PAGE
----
In this tutorial, you will learn how to create a basic log-in page within a Umbraco CMS powered website. In this guide, you will learn about the SurfaceController what it is and how you can use it. You will also gain access to all the code required to build a simple log-in form using MVC. If you need to implement a restricted members area within your Umbraco website, read on 🔥🔥🔥

Surface Controller

If you have experience in building sites using vanilla ASP.NET Framework MVC, you will be aware of the Controller base class. To create a new controller, you inherit from this special type and things magically work. To create a log-in form you need two things, a way to render the form and a way to deal with the data posted back to the server. Within a Umbraco website, the page routing rules are more complicated compared to a normal MVC site. A page URL does not directly map to a controller and an action. A Url maps to a virtual page that lives within a database. The controller used to render any Umbraco page is based on the document type that was used to create it. This means a mapping needs to be made on each page request between the virtual page and the controller required to render it.

The handy thing about Umbraco is all this routing is usually taken care of for you. As a developer, all you need to do is write code and things magically work. How do you deal with posting back data to a Url? As the Url does not map to a controller, posting back data will simply result in a 404 error 🤔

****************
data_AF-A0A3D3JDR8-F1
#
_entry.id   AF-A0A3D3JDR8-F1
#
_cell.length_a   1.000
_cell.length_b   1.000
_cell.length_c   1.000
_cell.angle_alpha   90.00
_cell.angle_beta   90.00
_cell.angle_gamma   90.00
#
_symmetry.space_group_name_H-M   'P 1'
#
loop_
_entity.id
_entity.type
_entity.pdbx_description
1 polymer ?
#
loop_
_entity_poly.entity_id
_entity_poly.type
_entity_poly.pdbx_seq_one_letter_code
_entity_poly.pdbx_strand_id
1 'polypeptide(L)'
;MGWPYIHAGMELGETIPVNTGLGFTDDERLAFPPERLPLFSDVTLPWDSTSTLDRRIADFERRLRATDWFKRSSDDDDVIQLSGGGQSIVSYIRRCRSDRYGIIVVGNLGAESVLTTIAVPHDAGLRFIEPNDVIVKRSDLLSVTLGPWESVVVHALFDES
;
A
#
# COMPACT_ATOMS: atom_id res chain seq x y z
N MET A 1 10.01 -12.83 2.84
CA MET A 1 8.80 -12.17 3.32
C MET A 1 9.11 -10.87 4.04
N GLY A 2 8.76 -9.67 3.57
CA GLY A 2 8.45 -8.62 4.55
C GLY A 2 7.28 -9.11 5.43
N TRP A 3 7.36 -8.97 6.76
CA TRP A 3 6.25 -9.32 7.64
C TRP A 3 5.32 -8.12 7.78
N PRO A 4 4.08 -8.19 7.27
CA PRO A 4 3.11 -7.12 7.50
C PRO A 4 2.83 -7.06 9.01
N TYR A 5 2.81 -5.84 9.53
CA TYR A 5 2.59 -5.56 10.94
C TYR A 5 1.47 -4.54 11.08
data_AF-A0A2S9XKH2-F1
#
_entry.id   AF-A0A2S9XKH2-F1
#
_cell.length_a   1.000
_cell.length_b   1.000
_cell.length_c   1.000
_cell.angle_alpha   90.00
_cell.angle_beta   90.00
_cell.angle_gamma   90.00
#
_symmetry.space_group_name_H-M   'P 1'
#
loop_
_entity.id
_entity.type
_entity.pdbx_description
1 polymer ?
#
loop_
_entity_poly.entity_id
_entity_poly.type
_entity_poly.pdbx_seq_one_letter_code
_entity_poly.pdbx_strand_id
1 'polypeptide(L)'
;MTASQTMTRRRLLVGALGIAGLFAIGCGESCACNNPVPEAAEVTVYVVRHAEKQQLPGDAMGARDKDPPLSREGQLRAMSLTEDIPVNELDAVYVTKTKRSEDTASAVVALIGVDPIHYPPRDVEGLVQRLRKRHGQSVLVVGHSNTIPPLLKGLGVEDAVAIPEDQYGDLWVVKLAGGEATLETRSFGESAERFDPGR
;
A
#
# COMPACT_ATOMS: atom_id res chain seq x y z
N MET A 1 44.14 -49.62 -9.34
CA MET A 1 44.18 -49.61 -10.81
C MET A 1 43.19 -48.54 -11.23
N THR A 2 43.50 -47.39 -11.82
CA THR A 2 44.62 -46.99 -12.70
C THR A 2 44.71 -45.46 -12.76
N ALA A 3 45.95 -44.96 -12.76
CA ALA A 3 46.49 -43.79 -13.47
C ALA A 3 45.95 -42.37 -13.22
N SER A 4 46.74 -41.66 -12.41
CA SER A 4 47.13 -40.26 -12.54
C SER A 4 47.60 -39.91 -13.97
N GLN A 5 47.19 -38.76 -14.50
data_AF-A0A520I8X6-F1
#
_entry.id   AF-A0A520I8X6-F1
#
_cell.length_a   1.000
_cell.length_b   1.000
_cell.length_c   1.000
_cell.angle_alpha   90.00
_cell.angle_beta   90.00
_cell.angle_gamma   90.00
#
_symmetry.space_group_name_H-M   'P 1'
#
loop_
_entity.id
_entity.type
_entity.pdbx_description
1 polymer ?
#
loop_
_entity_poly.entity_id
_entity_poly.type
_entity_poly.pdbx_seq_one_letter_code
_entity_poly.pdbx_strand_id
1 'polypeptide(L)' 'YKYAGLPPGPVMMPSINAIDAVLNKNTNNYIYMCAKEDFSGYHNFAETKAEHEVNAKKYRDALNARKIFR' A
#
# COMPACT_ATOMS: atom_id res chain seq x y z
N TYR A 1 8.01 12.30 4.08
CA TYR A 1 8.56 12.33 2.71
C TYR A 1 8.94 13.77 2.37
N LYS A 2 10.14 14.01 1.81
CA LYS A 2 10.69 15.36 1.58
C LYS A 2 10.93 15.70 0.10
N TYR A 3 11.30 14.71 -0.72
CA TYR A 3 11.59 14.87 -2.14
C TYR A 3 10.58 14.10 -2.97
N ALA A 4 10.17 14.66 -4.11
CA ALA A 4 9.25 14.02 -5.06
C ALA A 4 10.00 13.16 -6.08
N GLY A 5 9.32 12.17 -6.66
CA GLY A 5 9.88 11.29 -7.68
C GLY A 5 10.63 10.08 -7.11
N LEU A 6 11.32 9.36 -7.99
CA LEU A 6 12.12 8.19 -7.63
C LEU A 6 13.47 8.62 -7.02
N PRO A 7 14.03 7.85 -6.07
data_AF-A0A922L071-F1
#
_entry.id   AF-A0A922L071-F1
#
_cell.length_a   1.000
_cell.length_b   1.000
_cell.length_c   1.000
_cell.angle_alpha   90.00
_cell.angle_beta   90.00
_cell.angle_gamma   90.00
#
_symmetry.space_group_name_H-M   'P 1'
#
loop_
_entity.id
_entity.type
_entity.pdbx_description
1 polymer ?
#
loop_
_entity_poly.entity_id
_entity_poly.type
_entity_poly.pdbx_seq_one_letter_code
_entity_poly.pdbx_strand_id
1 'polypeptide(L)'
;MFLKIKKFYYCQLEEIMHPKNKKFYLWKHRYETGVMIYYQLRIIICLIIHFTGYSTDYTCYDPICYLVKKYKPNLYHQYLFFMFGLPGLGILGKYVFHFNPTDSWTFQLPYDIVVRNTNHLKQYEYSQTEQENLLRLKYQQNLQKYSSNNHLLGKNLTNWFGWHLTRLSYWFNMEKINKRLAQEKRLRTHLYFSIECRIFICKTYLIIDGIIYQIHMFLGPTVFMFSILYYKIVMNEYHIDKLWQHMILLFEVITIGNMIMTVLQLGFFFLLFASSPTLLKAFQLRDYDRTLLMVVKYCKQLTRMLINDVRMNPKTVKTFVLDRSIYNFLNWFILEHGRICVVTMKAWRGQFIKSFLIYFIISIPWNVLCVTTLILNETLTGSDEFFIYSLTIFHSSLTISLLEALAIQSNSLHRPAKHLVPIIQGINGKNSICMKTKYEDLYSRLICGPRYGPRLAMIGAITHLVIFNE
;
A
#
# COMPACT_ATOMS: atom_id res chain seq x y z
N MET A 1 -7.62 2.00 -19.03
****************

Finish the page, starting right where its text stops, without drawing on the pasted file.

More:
To post data back to the server, you need a routing rule to exist to map the request to a controller. You could create a custom rule yourself that allowed a form to successfully post data back to the server. Creating a rule for each and every form is not ideal. This is why Umbraco CMS ships with a special controller called the SurfaceController. Using this controller will automatically hook up all the routing rules for you in the background.

When you build forms with Umbraco, always think SurfaceController 😊. A surface controller also provides access to some useful Umbraco objects, like the current Umbraco page. Due to the automatic routing and the access to useful Umbraco properties, using a surface controller is more useful compared to manually having to hook everything up in code yourself. The code to create a basic SurfaceController is similar to a normal controller. As seen below:

With the skeleton code for SurfaceController covered, let us go over the other components required to build an MVC form in Umbraco:

View Model: To design a well-architected MVC website, we will need a view model to pass the data from the form to the controller and vice-versa. In this example, the view model will look like this:

Controller: The next step is to add the logic to the controller to process the log-in attempt and return the correct HTML. The code to do this is shown below: